With all the apparent disadvantages of carrying a snorkel, a diver may wonder why snorkels are required gear. Although a diver carries (what should be) an excess of breathing gas in his scuba tank and should be able to breathe from his diving regulator on the surface, he may not always want to. A snorkel is helpful when a diver prefers to avoid breathing from the tank until he desends. Furthermore, a diver may be able to float easily with his head above the water in calm seas, but may not be able to do so in rough seas that do not allow him to keep his head completely above the water. Breathing from a snorkel while on the surface can help him to save tank air in the event he must wait on the surface before a dive. A snorkel may become a valuable safety tool should the diver surface with little or no breathing gas remaining in his tank and finds that he must wait for the boat in rough conditions.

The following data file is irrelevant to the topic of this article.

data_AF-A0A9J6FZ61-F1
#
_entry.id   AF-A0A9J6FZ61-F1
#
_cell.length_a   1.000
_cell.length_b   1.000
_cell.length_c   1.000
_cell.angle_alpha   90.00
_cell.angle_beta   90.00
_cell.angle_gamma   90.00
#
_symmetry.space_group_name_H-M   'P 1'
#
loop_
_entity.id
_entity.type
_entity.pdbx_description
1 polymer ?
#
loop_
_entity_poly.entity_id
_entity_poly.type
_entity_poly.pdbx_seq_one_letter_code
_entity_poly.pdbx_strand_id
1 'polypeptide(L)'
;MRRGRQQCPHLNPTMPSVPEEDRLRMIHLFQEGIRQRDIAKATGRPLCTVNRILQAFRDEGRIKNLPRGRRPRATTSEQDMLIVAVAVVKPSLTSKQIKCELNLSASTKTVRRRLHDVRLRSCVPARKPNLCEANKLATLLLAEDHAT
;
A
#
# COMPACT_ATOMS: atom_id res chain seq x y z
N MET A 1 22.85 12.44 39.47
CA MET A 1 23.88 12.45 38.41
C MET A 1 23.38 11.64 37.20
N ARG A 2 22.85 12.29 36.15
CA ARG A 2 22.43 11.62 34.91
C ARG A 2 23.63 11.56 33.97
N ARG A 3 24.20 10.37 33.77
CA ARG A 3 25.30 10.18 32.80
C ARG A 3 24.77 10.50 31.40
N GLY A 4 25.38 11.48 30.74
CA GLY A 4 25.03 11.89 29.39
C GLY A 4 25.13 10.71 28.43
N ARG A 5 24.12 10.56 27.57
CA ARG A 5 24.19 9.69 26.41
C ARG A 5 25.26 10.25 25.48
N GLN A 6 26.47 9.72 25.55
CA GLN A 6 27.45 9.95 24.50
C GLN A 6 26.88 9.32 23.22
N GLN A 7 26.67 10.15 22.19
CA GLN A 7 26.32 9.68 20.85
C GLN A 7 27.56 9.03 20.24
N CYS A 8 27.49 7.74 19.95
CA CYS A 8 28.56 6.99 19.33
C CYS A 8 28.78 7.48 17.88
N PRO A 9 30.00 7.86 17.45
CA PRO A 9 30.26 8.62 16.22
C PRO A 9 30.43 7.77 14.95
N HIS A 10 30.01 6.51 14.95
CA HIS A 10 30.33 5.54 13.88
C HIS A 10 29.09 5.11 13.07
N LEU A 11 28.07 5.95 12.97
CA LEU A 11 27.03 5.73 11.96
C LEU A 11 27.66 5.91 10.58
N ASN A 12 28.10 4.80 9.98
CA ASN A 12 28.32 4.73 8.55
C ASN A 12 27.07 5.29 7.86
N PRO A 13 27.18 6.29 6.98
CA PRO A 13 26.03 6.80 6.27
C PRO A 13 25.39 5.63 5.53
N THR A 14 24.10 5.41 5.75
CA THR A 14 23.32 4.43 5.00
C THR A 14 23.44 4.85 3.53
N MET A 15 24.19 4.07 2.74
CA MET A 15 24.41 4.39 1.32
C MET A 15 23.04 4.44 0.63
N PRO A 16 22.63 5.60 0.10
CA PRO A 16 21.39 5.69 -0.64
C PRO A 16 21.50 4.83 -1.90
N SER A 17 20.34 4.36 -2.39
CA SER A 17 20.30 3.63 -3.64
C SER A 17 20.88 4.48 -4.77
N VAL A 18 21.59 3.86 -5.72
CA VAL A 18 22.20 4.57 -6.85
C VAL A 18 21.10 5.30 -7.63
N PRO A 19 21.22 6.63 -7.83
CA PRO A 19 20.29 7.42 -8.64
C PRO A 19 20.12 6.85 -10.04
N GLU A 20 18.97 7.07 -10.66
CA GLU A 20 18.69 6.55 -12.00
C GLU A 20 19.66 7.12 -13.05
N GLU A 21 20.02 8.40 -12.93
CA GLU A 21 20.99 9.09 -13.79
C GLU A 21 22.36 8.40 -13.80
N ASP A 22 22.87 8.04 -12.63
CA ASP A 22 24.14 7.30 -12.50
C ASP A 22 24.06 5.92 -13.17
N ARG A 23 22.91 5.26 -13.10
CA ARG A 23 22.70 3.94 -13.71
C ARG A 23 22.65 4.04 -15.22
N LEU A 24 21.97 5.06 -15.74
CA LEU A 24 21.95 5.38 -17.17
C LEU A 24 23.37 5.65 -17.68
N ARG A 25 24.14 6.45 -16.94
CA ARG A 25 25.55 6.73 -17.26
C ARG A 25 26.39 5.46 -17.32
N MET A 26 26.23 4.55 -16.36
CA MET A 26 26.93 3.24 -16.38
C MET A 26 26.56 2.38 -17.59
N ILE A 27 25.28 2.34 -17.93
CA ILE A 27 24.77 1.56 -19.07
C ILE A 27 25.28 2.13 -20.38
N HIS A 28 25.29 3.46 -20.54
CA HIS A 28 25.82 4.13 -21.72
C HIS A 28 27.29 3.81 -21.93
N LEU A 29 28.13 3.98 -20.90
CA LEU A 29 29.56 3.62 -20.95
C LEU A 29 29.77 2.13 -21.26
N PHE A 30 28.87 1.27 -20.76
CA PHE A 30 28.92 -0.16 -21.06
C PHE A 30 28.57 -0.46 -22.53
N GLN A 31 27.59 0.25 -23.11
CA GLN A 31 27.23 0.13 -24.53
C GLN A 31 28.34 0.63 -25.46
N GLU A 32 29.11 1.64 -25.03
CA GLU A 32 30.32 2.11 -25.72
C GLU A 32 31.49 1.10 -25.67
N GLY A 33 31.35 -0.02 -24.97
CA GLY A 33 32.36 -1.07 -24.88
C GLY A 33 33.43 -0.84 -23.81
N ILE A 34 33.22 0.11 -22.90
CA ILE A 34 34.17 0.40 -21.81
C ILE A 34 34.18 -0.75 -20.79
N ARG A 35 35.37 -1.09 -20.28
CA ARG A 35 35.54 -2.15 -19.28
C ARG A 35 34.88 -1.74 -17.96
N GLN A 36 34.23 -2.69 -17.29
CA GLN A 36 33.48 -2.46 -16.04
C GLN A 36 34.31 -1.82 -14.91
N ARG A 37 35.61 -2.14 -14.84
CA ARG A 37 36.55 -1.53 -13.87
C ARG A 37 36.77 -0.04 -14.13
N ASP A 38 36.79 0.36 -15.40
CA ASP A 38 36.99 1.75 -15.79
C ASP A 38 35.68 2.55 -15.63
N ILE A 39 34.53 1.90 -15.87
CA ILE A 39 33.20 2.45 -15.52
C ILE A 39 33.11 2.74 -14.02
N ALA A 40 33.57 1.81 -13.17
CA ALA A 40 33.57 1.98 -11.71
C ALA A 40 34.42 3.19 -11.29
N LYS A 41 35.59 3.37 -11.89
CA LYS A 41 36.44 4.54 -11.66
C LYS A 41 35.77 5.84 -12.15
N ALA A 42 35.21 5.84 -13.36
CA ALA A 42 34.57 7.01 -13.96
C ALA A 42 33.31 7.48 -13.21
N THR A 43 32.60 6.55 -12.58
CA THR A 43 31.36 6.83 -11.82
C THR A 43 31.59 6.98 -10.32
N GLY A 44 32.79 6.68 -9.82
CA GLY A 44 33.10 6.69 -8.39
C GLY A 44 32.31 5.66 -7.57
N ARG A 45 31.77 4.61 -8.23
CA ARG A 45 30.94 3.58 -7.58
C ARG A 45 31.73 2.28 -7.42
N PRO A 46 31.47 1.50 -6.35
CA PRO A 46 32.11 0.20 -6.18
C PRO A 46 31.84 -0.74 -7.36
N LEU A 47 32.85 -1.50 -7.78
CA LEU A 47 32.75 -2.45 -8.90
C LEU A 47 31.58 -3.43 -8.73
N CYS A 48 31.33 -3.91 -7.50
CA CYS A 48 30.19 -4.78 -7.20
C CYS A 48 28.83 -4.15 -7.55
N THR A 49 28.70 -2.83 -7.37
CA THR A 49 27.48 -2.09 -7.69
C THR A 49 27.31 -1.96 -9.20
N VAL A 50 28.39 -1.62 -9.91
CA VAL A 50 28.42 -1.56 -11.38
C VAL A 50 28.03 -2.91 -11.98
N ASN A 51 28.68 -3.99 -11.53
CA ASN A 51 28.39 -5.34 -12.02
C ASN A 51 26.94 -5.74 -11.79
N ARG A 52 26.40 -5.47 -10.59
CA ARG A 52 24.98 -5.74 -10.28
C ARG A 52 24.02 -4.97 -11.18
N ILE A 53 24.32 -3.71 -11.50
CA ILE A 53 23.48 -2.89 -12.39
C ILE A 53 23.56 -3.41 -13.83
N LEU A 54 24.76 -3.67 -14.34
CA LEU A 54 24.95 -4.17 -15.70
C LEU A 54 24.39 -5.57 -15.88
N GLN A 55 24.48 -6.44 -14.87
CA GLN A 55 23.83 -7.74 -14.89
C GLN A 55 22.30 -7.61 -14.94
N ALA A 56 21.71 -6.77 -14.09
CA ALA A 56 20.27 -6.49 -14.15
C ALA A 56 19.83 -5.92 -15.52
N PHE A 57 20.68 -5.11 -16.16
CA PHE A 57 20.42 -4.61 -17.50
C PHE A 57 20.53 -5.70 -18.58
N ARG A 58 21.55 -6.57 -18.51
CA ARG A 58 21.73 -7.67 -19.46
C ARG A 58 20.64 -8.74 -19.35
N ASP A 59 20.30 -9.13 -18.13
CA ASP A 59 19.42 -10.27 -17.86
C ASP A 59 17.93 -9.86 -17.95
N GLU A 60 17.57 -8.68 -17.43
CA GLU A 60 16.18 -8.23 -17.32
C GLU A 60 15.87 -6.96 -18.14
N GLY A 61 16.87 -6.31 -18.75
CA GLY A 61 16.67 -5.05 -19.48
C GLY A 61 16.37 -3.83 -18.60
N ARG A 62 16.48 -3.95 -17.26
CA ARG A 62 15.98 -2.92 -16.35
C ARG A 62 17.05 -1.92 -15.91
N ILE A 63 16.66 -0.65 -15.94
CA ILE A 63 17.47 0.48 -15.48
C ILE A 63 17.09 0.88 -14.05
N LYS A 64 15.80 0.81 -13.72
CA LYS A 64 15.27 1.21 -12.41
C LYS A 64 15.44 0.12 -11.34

Many situations exist in which a snorkel should be used, rough seas being only one example. In other dive scenarios, such as diving in an overhead environment, snorkels are unnecessary and prohibited. The use of a snorkel is mandatory in most scuba diving certification courses, but is not essential in all scuba diving environments. In calm, Caribbean seas, I find it irrelevant whether a diver uses a snorkel or not. My question is, should snorkels be required dive gear for certification courses and guides, or should they only be required in environments that necessitate them.
Do you think snorkels should be required scuba diving gear? Why or why not? Click here to add your opinion. Here's What some divers have to say: